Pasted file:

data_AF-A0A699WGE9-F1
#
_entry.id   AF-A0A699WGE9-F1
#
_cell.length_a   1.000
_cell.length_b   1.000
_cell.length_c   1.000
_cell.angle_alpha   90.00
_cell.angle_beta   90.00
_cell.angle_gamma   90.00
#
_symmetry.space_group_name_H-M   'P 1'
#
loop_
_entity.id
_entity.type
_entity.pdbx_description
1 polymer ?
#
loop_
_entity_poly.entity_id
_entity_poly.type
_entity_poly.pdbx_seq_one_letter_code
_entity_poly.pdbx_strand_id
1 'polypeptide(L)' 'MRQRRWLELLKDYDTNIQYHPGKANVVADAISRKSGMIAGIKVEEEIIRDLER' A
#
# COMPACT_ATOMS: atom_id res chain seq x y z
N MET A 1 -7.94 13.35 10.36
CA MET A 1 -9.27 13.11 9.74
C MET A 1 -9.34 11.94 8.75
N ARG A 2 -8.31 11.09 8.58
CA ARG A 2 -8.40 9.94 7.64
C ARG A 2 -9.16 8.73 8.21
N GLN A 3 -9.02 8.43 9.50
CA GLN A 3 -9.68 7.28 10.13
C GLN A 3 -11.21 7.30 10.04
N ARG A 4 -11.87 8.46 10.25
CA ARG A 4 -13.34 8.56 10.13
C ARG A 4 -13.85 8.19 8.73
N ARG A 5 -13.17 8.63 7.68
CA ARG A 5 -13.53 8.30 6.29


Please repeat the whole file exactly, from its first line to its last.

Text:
data_AF-A0A699WGE9-F1
#
_entry.id   AF-A0A699WGE9-F1
#
_cell.length_a   1.000
_cell.length_b   1.000
_cell.length_c   1.000
_cell.angle_alpha   90.00
_cell.angle_beta   90.00
_cell.angle_gamma   90.00
#
_symmetry.space_group_name_H-M   'P 1'
#
loop_
_entity.id
_entity.type
_entity.pdbx_description
1 polymer ?
#
loop_
_entity_poly.entity_id
_entity_poly.type
_entity_poly.pdbx_seq_one_letter_code
_entity_poly.pdbx_strand_id
1 'polypeptide(L)' 'MRQRRWLELLKDYDTNIQYHPGKANVVADAISRKSGMIAGIKVEEEIIRDLER' A
#
# COMPACT_ATOMS: atom_id res chain seq x y z
N MET A 1 -7.94 13.35 10.36
CA MET A 1 -9.27 13.11 9.74
C MET A 1 -9.34 11.94 8.75
N ARG A 2 -8.31 11.09 8.58
CA ARG A 2 -8.40 9.94 7.64
C ARG A 2 -9.16 8.73 8.21
N GLN A 3 -9.02 8.43 9.50
CA GLN A 3 -9.68 7.28 10.13
C GLN A 3 -11.21 7.30 10.04
N ARG A 4 -11.87 8.46 10.25
CA ARG A 4 -13.34 8.56 10.13
C ARG A 4 -13.85 8.19 8.73
N ARG A 5 -13.17 8.63 7.68
CA ARG A 5 -13.53 8.30 6.29